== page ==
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I fully figure and support a swastika flag would be off limit. We know what goes with that.

We also have flag identification tags, flags are on topic.

The Confederate flag would seem off limit, unless it was about the flag itself.

What about a number of Confederate flags, or generally relevant-to-question flags? How is this modified when the flag/symbol is offensive - there is no point to this question if it isn't.

p.s. I asked because this question asked about the reason for the obscurity of the alternate Confederacy flags. I think showing the flags would have informative, but...

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    How do you mean that? The Swastika flag isn' OK' to be shown (a thing WP does without quarrels) while a 'Dixie-flag' isn't as well, unless that one is the subject of the post? AFAIU: the subject of a question must be allowed to be displayed, always. Why make any exceptions? Or is this for showing 'bad flags' willy-nilly, without relation to the subject? Aug 6 at 11:39
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    It seems like we had a similar issue come up years ago with nudity. I can't find it in meta on a quick search though.
    – T.E.D. Mod
    Aug 6 at 12:49
  • Frankly, I can't imagine a scenario where it would add anything to a question to have such imagery, even if it is the direct subject of the question. Unless it's an obscure variant of the standard flags that the question wants to ask about.
    – Semaphore Mod
    Aug 7 at 13:51
  • @Semaphore I asked because this question asked about the reason for the obscurity of the alternate Confederacy flags ;-) I think showing the flags would have informative, but... Hence this question. Aug 7 at 15:49
  • @ItalianPhilosophers4Monica I think it is informative if the post is contrasting the Battle Flag with other flags the Confederacy used - for example, in the answer TED gave, illustrating the various alternative flags would be informative.
    – Semaphore Mod
    Aug 8 at 9:09
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According to our FAQ, questions about Nazism are subject to additional scrutiny. The bar for flagging or closing content touching Nazis, the Holocaust, Hitler, etc. is intentionally lower than for other topics. This does not mean that Nazism is off-topic, but that the realities of dealing with trolling and propaganda requires us to view content on these topics with extra suspicion. It seems reasonable to apply this rule mutatis mutandis to other politically controversial movements, symbols, and personalities. At the same time, we recognize that all of these movements, etc. are on-topic.

So, I propose the following rule on political symbols:

  • Political symbols such as flags, coats of arms, party emblems, anthems, battle insignia, etc. should only be included when discussing the specifics of such symbols or how they were displayed and where seeing the symbol is necessary to fully understand the content or topic under discussion. Questions that simply reference a symbol and ask a general question about it or the movement behind it should not include a copy of the symbol.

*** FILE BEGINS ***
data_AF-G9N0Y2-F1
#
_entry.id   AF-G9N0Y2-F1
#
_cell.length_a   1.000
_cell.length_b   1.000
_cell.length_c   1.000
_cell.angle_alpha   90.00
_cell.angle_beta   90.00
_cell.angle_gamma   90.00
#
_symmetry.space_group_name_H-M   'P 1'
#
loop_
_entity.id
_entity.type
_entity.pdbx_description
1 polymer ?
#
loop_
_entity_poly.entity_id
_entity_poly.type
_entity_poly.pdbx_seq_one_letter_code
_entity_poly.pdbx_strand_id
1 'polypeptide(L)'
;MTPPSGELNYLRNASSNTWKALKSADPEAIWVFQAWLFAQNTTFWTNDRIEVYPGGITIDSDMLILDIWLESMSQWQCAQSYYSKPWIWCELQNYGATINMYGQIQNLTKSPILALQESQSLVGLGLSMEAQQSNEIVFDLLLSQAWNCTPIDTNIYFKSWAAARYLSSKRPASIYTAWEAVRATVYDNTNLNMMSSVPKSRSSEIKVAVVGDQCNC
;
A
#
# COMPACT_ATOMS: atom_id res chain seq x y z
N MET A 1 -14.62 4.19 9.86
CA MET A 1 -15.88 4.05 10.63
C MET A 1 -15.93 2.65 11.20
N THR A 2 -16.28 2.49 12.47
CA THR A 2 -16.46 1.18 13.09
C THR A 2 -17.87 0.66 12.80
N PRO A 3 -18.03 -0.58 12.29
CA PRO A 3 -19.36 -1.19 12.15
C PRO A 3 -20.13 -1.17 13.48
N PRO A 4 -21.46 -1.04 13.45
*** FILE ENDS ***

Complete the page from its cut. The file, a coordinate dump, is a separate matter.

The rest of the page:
This definition sidesteps the question of how controversial a symbol is. Showing a Confederate Stars-and-Bars battle flag in a question about the history of Virginia politics is as inappropriate as posting a Dutch flag in a question about the history of regulation of EU fisheries. If you see such a flag, edit it out. If a user continues to add unnecessary flags to posts, raise a moderator flag on one of the posts so we can deal with it. Don't engage in an edit war.

So, here are some concrete examples:

  • "What reasons did the Virginia General Assembly give for formally supporting the Confederacy?" - No flag required. If a flag is included, edit it out as fluff.
  • "Was a Confederate flag ever officially flown at Fauquier County, Virginia public schools?" - No flag required. If a flag is included, edit it out as fluff.
  • "I bought this Virginia Volunteer Militia uniform from an estate auction in Fredericksburg, Virginia. I noticed that the Stars-and-Bars cap insignia is copper rather than brass as I have seen in local museums. Does this have a particular military or political meaning or is it just due to using whatever metals were available at the time of manufacture?" - It would be appropriate to add a picture of the cap, including the flag insignia.
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    What would be the reasoning for aggressively editing out a Dutch flag? I could see many cases where it wouldn't be necessary to have one, and some where it would be bad, but I don't see how generalization here is useful. Aug 7 at 15:53
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    @Ital it removes the need for adjudication on offensiveness. If the flag isn't relevant to the post, it can be removed without first agreeing on whether it is offensive.
    – Robert Columbia Mod
    Aug 7 at 17:40
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    How can bullet 2 be generalized? The Q prompting this shows that there is some confusion over which flag is which, what do people mean when saying 'that flag'. Unless the Q already specifies quite directly 'version Y of the so-called X-flag' an answer of that type might benefit from including a picture (a highly voted A on this on main currently suffers from lack of definitions/pictures…). Generally I'd add: no flag whatsoever would qualify as 'offensive' for me, and I still agree that all pictures should serve a directly useful purpose in a post—so I'd only ask: why is this in there? Aug 7 at 18:16

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